The biggest chains act as their own wholesaler because they have developed self-warehousing capabilities for distributing drugs to individual stores from the retailer’s own warehouses. They typically bypass wholesalers to buy generic drugs directly from manufacturers, although most chains still use drug wholesalers for the warehouse logistics of brand drugs.

Right now, pharmacies are fighting a retail price war over certain generic drugs. Wal-Mart launched its $4 generic drug program in September 2006. Non-pharmacy retail chains – supermarkets and other mass merchants – quickly followed Wal-Mart’s move. These retailers have been able to absorb lower generic margins because pharmacy represents a minority of their sales and gross profits. In 2008, the three large pharmacy chains were forced to respond and launch their own low-cost generic programs.

Discount generic programs have two primary effects on wholesalers. One, we believe that retail market share is shifting away from wholesaler-supplied dispensing channels, especially independents, small chains, and other non-self-warehousing retailers. Independent pharmacies, which rely on drug wholesalers for 98 percent of their drug purchases, are an ever-smaller part of drug dispensing. Two, pharmacy customers require more aggressive pricing from wholesalers in order to remain competitive with the larger chains that are buying directly from manufacturers.

Pressure on generic pharmacy profits will also increase as payers learn more about channel economics. When generic dispensing rates (GDR) were 20%, payers did not pay much attention to the costs or margins associated with generic drugs. But GDRs are almost 70% and rising, which means that pharmacy channel costs and margins for generic drugs will be increasingly seen as a mechanism to control drug spending. The large volume of upcoming generics will focus even more payer attention on hidden economics of the channel, such as the profits on generic drugs earned by wholesalers and others.

> © 2009 Pembroke Consulting, Inc.

Adam J. Fein, Ph.D., is president of Pembroke Consulting, a management advisory and business research firm. He writes the popular industry blog www.DrugChannels.net. This article is adapted from Dr. Fein’s 2009 Economic Report on Pharmaceutical Wholesalers.
 

Drug Wholesalers and the Generic Price War

While the drug wholesaling industry appears reasonably healthy right now, the ongoing generic drug price war among retail pharmacies will create the risk of reduced wholesaler profitability. Understanding this dynamic is crucial for predicting the future of wholesaler relationships with manufacturers and pharmacy customers.

Total revenues from the drug distribution divisions of the three largest wholesalers were $255.8 billion in calendar year 2008, up 5.8% versus calendar year 2007. Although profit margins have come down in recent years, operating cash flows are up sharply since wholesalers began reducing inventory levels in 2003. Wholesalers have used the extra cash flow to buy back about $15 billion of shares, repay debt, and fund acquisitions. Return on Assets (ROA) has increased in part because the ROA denominator (inventory assets) has dropped sharply.

Drug wholesaler revenues are linked most closely to sales of brand drugs at retail pharmacies. Revenue growth from these products will slow during the next five years as an estimated $70 billion of current branded product revenues is converted to generic revenues during the next four years.

Despite the revenue impact of brand sales, more than 60% of drug wholesalers’ gross profits come from generic drugs. The coming wave of generics should provide an initial boost to wholesaler profitability because generic drugs offer higher gross profit margins to wholesalers. Wholesalers also have the opportunity to earn higher returns on invested capital because generic inventory costs reduces balance sheet inventory assets compared to an equivalent amount of branded drugs.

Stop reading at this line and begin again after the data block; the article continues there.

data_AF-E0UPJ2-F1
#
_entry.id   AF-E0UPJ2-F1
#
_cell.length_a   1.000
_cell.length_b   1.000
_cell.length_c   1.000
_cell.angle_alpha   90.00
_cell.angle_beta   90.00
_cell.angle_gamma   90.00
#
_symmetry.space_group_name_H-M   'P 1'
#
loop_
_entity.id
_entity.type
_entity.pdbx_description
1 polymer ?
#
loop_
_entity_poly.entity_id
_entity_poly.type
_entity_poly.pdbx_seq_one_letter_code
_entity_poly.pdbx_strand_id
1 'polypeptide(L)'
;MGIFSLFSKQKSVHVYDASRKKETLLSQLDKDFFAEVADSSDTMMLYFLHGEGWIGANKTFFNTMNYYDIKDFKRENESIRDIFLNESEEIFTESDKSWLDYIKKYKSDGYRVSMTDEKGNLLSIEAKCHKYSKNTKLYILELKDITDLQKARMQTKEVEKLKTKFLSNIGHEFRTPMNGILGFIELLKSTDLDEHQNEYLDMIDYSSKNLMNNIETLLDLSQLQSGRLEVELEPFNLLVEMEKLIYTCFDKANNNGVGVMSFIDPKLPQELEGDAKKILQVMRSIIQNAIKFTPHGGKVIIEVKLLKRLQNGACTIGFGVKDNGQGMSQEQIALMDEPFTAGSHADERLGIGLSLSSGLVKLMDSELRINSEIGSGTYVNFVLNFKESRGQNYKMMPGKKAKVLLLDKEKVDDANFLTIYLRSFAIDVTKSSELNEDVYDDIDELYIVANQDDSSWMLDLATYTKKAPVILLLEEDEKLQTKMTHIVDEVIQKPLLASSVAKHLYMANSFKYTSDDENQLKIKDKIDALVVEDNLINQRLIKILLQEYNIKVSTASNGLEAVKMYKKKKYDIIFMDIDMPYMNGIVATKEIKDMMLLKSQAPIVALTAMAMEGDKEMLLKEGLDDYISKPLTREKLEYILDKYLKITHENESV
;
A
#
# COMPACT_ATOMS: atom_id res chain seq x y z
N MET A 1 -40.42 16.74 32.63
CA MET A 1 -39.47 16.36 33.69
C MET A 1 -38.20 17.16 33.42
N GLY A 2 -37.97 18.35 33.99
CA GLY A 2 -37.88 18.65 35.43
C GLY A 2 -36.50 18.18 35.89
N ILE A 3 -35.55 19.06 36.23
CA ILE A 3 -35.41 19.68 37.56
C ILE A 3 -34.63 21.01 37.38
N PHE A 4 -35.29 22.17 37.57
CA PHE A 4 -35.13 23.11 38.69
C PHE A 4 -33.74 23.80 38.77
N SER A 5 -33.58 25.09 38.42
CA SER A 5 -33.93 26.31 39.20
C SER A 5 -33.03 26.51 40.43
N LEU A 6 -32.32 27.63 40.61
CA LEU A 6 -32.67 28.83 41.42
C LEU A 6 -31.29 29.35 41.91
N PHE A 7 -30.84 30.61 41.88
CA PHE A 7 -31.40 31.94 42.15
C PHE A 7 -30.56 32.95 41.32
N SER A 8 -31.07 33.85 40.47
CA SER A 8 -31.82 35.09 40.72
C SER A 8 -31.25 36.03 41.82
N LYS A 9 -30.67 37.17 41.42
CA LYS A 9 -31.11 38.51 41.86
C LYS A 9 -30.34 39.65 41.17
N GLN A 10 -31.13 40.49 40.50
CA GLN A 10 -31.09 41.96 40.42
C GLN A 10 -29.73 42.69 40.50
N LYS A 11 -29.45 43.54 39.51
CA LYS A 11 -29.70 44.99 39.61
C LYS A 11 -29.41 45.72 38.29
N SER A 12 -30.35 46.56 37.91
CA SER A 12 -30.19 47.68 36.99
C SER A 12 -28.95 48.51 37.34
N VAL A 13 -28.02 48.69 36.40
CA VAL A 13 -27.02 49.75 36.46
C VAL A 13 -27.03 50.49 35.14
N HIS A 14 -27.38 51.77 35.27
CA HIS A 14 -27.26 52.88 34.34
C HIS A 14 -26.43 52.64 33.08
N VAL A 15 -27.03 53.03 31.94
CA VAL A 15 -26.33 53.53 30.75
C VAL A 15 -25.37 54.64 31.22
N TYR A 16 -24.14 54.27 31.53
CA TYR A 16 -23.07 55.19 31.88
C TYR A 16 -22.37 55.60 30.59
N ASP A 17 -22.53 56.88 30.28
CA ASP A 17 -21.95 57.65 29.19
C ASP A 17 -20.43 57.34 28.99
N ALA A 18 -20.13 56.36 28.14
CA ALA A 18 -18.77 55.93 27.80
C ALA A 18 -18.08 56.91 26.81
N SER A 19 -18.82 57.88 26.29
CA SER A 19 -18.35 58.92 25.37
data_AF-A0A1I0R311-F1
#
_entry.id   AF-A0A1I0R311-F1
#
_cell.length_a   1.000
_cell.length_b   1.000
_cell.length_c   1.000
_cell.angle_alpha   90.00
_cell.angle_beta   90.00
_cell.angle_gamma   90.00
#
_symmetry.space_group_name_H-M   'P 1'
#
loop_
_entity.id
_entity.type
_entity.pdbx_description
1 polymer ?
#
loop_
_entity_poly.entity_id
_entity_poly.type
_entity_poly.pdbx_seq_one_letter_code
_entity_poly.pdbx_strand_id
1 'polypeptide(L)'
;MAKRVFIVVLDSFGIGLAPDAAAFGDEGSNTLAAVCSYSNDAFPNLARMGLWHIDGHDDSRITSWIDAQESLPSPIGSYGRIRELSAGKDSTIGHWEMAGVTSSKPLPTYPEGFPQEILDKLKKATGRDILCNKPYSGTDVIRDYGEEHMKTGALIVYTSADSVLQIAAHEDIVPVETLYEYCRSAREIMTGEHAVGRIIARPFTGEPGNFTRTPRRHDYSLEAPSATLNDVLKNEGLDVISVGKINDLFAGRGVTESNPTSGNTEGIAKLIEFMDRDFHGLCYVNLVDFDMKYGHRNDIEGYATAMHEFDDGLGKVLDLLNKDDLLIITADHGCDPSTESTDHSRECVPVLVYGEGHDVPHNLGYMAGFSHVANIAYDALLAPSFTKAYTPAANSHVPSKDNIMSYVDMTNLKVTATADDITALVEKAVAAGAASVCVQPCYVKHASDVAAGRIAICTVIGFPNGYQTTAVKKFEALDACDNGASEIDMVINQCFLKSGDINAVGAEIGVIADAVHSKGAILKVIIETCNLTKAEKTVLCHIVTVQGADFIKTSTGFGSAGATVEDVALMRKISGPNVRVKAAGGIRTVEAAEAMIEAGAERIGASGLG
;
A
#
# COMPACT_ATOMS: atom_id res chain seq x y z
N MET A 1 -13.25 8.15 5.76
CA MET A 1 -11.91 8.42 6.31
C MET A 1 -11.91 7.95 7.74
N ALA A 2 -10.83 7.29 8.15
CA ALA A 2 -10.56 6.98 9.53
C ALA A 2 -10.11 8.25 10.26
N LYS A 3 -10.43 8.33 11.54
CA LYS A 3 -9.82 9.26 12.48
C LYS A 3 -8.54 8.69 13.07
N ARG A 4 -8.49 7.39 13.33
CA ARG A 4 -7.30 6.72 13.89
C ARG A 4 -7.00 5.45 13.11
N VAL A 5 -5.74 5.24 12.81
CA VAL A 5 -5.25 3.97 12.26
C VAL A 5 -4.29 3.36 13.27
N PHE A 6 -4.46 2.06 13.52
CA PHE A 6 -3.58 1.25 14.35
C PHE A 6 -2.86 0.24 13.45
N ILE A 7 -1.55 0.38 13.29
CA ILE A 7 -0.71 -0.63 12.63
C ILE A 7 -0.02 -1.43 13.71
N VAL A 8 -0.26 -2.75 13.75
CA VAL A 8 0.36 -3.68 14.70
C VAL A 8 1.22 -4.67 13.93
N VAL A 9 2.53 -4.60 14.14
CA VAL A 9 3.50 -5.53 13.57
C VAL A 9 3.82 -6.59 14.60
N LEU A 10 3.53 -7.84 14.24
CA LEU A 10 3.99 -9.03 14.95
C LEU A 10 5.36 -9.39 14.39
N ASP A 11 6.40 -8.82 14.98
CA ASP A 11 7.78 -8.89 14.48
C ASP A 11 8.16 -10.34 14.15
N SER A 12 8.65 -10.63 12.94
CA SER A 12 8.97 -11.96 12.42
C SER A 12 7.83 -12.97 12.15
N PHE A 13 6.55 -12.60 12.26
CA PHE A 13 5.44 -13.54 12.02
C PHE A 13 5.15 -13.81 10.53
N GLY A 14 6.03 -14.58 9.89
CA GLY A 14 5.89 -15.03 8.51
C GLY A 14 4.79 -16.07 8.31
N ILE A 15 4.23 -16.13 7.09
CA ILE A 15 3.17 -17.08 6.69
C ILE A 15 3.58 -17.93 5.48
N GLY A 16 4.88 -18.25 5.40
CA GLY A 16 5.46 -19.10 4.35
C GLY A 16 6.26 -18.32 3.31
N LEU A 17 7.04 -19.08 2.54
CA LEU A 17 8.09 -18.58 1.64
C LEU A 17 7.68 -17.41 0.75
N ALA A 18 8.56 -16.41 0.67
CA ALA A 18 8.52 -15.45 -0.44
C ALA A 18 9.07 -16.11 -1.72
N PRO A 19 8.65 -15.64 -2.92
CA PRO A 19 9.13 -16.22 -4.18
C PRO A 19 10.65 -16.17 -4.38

Consolidating pharmacies
However, there will be countervailing pressure on wholesaler’s profit margins from generics as the pharmacy industry changes. The ongoing consolidation of the pharmacy industry pressures wholesaler profit margins from generic drug distribution. The top six dispensing pharmacies – CVS Caremark, Walgreens, Medco Health Solutions, Rite-Aid, Wal-Mart, and Express Scripts – now account for more than half of all dispensed prescriptions.

The biggest chains act as their own wholesaler because they have developed self-warehousing capabilities for distributing drugs to individual stores from the retailer’s own warehouses. They typically bypass wholesalers to buy generic drugs directly from manufacturers, although most chains still use drug wholesalers for the warehouse logistics of brand drugs.

Right now, pharmacies are fighting a retail price war over certain generic drugs. Wal-Mart launched its $4 generic drug program in September 2006. Non-pharmacy retail chains – supermarkets and other mass merchants – quickly followed Wal-Mart’s move. These retailers have been able to absorb lower generic margins because pharmacy represents a minority of their sales and gross profits. In 2008, the three large pharmacy chains were forced to respond and launch their own low-cost generic programs.

Discount generic programs have two primary effects on wholesalers. One, we believe that retail market share is shifting away from wholesaler-supplied dispensing channels, especially independents, small chains, and other non-self-warehousing retailers. Independent pharmacies, which rely on drug wholesalers for 98 percent of their drug purchases, are an ever-smaller part of drug dispensing. Two, pharmacy customers require more aggressive pricing from wholesalers in order to remain competitive with the larger chains that are buying directly from manufacturers.

Pressure on generic pharmacy profits will also increase as payers learn more about channel economics. When generic dispensing rates (GDR) were 20%, payers did not pay much attention to the costs or margins associated with generic drugs. But GDRs are almost 70% and rising, which means that pharmacy channel costs and margins for generic drugs will be increasingly seen as a mechanism to control drug spending. The large volume of upcoming generics will focus even more payer attention on hidden economics of the channel, such as the profits on generic drugs earned by wholesalers and others.

> © 2009 Pembroke Consulting, Inc.

Adam J. Fein, Ph.D., is president of Pembroke Consulting, a management advisory and business research firm. He writes the popular industry blog www.DrugChannels.net. This article is adapted from Dr. Fein’s 2009 Economic Report on Pharmaceutical Wholesalers.